Of all the joyful reactions we get, we probably enjoy that last category the most as we love talking shop with folks who love this breed like we do. But, it's never far into the conversation when our status as first-time dog owners comes up and someone invariably stops cold with "Wait! You started with a Brittany?!?" This surprised us a little the first few times we were hit with it. Yeah, so? Puppies are all nuts. What's different about a Brittany pup? We were horribly offended early on in a local dog training facility with a very large puppy training class when Lincoln rocked a response to a class command and the instructor, a lab owner, stopped to point out to the class, "but you guys don't understand, this is amazingly good for a Brittany!" Fearing our boy had just been disparaged by a breedist, we vowed then to find another training facility with (very much to her point!) fewer dogs to distract a highly energetic and highly social Brittany pup. We did, and, even if we eventually forgave that instructor - understanding what she was probably trying to say - we found exactly the right place and small-size class setting for him where an instructor could work more one-on-one with us and in which his natural intelligence was allowed to shine in an environment which didn't overstimulate his vast reserves of Brittany energy.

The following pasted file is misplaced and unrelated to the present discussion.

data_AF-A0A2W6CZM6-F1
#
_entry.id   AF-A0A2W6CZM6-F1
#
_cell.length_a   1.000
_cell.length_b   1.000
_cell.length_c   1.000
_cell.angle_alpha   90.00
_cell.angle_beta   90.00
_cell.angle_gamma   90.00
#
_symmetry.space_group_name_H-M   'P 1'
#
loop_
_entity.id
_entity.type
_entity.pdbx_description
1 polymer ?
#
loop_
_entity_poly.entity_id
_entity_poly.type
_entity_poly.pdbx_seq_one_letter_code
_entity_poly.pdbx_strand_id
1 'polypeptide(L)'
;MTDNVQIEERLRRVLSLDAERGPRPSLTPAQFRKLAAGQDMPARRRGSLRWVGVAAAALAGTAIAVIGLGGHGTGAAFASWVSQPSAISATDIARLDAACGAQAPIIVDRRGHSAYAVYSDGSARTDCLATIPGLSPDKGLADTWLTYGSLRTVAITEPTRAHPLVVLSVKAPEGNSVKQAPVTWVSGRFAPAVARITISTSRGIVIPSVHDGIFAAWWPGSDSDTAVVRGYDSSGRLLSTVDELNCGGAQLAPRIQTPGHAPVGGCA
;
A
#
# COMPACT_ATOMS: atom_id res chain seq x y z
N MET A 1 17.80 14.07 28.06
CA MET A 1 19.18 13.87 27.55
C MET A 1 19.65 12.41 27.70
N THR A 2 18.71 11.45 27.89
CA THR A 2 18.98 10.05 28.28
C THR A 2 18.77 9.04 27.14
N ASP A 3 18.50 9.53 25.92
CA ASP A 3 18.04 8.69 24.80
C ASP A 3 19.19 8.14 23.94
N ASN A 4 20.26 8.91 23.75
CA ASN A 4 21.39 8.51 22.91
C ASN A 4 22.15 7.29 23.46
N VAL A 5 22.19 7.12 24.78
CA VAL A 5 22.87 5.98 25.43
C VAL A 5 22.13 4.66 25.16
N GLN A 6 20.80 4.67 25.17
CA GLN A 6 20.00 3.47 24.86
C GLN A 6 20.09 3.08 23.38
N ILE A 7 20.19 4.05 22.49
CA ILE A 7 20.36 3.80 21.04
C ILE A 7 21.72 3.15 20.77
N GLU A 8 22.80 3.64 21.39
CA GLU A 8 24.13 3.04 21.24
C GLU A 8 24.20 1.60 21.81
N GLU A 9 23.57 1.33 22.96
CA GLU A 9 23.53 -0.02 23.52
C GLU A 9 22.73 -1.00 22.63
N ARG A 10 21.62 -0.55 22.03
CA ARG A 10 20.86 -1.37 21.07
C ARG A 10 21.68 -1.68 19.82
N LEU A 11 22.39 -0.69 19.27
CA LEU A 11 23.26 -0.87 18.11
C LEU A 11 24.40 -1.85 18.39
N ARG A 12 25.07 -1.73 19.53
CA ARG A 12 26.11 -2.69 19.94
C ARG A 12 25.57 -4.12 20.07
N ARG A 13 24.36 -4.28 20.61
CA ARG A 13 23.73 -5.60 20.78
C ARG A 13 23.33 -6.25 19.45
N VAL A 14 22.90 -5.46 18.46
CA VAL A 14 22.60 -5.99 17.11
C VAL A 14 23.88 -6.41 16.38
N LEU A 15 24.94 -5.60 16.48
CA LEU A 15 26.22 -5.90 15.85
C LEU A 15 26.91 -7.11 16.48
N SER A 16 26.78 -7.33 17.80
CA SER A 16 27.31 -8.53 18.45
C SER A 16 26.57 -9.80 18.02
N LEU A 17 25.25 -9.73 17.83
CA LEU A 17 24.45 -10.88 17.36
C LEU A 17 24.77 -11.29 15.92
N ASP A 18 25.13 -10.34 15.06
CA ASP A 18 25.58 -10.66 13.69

This is probably a good descriptor of all bird dogs: high energy! But it is very applicable to Britts. It's the first thing you'll hear about them if you tell someone you're thinking of getting a Brittany - and it's good information. Listen to it carefully and seriously consider it. All bird dogs are bred to greater or lesser degrees to be indefatigable in the field. The expression "bird-dogging it" is pretty on-point when describing any action that is both meticulous and relentless. An accountant or auditor bird-dogging expense reports is someone who isn't going to miss a critical error or red flag for graft because they won't stop until they find it. A programmer bird-dogging a program is someone who will check every single line of code until they find the single mistyped character that broke it. A human with that sort of meticulous diligence is one necessarily one with high energy and drive in whatever their realm of activity. A bird dog is even more so. And a Brittany is the more so of bird dogs. And with that wonderful, very task-appropriate trait comes the consequence that they can be a handful if you're not prepared to give them daily opportunities to expend all that energy.